One of the things I’m still learning as a writer is how important it is to start writing so there’s something to react to and refine and revise. I’m not afflicted with perfectionism — at least not the paralyzing kind — and for that I’ll be eternally thankful. At times I do tend to think things through too much, past the point at which I should start implementing or prototyping or laying down a first draft.
In terms of blog fiction and writing a character blog, I had my own conception of what that would be like as a task, and how I could best implement that goal in terms of technique. And so far I can’t say that I’ve been too far off in a material way. What has transpired that I didn’t predict is that from time to time I’ll write something — maybe just a sentence — that suddenly springs to life for me. I can’t predict these moments, I can’t even harness them yet, but I sense them, and that’s making me want to continue the experiment.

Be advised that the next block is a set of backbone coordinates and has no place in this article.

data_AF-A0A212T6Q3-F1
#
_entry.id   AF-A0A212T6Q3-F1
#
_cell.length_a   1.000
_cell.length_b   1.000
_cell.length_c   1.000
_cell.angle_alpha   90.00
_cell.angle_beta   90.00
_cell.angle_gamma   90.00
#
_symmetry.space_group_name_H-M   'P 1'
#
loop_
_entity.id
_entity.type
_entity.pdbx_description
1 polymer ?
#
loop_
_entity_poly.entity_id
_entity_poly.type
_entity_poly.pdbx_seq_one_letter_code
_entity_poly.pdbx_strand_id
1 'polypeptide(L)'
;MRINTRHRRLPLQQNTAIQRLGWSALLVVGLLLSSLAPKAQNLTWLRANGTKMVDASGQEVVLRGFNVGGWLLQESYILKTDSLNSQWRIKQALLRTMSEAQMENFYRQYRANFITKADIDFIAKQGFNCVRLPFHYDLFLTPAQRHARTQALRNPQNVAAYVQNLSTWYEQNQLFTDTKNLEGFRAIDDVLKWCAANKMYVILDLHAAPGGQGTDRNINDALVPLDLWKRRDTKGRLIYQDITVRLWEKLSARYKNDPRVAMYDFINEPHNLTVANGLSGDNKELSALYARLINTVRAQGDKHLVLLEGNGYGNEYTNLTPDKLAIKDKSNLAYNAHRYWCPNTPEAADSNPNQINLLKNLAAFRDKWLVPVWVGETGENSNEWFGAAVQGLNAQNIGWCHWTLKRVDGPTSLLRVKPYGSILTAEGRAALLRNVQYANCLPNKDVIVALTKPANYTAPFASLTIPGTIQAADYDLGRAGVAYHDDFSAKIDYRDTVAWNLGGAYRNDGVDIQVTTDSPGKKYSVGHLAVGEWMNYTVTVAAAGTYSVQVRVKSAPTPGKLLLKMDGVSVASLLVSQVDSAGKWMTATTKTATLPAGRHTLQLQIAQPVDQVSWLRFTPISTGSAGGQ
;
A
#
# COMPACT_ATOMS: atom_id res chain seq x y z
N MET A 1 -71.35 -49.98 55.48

If I can say anything useful to other authors it’s that a fiction blog is first and foremost still a fictional work, and there’s no reason not to push that aspect of the work as far as possible. I’m working with a character and a fictional world that relates closely to the real world, and in that there are some constraints. But I can also see now that I’m not pushing hard enough as an author. And that’s something I wouldn’t (and couldn’t) have predicted.
To be clear, I don’t mean that I should be throwing more drama or plot points at my characters or at the reader. I’m not trying to sucker an audience with cliffhanger antics, and I don’t want Neil’s blog to turn into a soap opera. I’m talking about authority and force: the imposition of authorial power on the text itself. I think I should be doing more of that, at least to see if it works or not.